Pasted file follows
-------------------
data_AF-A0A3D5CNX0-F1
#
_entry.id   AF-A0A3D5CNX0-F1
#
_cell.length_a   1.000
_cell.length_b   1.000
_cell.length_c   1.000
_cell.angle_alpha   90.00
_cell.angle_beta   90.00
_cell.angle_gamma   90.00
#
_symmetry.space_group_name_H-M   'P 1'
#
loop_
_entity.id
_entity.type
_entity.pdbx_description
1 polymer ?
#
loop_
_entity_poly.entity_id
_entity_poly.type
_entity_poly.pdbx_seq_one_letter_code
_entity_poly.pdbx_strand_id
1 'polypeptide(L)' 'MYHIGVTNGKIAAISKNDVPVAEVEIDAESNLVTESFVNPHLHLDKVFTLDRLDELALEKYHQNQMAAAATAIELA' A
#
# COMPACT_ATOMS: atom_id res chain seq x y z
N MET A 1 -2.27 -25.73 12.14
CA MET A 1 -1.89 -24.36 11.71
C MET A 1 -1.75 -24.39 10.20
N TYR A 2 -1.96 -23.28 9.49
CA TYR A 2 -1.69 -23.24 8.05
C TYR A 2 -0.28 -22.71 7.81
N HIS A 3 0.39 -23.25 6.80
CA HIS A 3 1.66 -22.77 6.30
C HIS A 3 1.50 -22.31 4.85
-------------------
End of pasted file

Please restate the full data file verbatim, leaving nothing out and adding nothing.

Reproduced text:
data_AF-A0A3D5CNX0-F1
#
_entry.id   AF-A0A3D5CNX0-F1
#
_cell.length_a   1.000
_cell.length_b   1.000
_cell.length_c   1.000
_cell.angle_alpha   90.00
_cell.angle_beta   90.00
_cell.angle_gamma   90.00
#
_symmetry.space_group_name_H-M   'P 1'
#
loop_
_entity.id
_entity.type
_entity.pdbx_description
1 polymer ?
#
loop_
_entity_poly.entity_id
_entity_poly.type
_entity_poly.pdbx_seq_one_letter_code
_entity_poly.pdbx_strand_id
1 'polypeptide(L)' 'MYHIGVTNGKIAAISKNDVPVAEVEIDAESNLVTESFVNPHLHLDKVFTLDRLDELALEKYHQNQMAAAATAIELA' A
#
# COMPACT_ATOMS: atom_id res chain seq x y z
N MET A 1 -2.27 -25.73 12.14
CA MET A 1 -1.89 -24.36 11.71
C MET A 1 -1.75 -24.39 10.20
N TYR A 2 -1.96 -23.28 9.49
CA TYR A 2 -1.69 -23.24 8.05
C TYR A 2 -0.28 -22.71 7.81
N HIS A 3 0.39 -23.25 6.80
CA HIS A 3 1.66 -22.77 6.30
C HIS A 3 1.50 -22.31 4.85